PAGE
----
Public schools need to stop promoting Christianity or any other religion, says the Commission for the Promotion and Protection of the Rights of Cultural, Religious and Linguistic Communities (CRL Commission).
The commission slammed Laerskool Randhart in Alberton after it was accused of going against a 2017 high court order by not aligning its policy on religion with the constitution.
The High Court in Johannesburg ruled that it was unconstitutional for public schools to promote one religion over others, meaning schools could no longer have people preach to pupils, hold Bible scripture readings and other rituals the public Afrikaans medium school was accused of doing.
The school was one of several involved in the original matter in which a nongovernmental organisation called Organisasie vir Godsdienste-onderrig en Demokrasie fought to have the courts declare that activities promoting a single religion at public schools were unconstitutional.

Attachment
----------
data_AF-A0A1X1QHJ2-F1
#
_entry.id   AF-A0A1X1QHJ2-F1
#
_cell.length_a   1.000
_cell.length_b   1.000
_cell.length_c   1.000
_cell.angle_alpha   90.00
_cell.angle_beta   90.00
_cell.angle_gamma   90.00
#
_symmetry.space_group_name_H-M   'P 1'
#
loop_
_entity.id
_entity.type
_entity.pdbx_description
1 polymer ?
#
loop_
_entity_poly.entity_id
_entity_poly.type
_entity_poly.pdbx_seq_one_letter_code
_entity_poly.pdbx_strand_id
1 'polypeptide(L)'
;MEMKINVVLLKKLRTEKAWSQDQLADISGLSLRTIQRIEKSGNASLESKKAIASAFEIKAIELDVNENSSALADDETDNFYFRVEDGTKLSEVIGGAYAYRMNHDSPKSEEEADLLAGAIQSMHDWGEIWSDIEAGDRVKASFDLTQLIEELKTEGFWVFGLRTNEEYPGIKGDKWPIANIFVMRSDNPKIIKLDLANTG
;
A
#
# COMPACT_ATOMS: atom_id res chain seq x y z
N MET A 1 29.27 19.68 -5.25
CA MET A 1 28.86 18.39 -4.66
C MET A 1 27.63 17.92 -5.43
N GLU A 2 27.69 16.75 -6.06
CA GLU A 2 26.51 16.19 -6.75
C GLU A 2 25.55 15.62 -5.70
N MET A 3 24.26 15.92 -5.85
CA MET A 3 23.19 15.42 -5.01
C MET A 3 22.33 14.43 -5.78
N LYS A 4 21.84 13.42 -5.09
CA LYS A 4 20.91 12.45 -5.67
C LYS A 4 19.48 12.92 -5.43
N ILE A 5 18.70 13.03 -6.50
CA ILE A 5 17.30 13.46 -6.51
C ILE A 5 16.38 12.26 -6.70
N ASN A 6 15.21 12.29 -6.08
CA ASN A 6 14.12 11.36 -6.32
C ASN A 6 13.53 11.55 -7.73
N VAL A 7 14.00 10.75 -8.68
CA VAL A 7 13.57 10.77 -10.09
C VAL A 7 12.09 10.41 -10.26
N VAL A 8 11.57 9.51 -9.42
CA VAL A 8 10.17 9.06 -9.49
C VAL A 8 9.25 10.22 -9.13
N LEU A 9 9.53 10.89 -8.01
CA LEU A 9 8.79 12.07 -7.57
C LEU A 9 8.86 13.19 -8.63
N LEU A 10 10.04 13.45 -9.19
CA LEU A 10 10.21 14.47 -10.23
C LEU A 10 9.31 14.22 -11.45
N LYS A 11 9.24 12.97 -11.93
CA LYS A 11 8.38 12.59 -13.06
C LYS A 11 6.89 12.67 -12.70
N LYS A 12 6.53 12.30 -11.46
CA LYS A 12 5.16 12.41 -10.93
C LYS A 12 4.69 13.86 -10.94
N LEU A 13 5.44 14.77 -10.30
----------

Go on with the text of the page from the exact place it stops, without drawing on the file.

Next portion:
Chairperson of the CRL Commission, Prof Luka David Mosoma, said it was unfortunate that many schools still promoted a preferred religion two years after a court declared this was wrong.
“The outcome of the high court matter is quite explicit about this because it said that schools have the right to determine access to any religion, but any preference given to one religion is not permitted,” he said.
A frustrated parent at the school has been trying for a year to have the school align itself with the court ruling.
The father, who did not want to be named, said that Christian instruction and promotion was still deeply entrenched in school activities, despite two reports from the department of education recommending a stop to this.
“They have a religious period every Wednesday and they bring a preacher or a mom from the Sunday school, and they will preach to the children in an evangelical way,” the father complained.
“On Mondays, they have the morning scripture reading and prayer, every week in assembly. There are some religious slogans in the building of the school. So, they are basically giving the middle finger to the courts.”
According to the father and documents seen by The Citizen, the school did have a revised policy on religion, which was apparently awaiting government approval.
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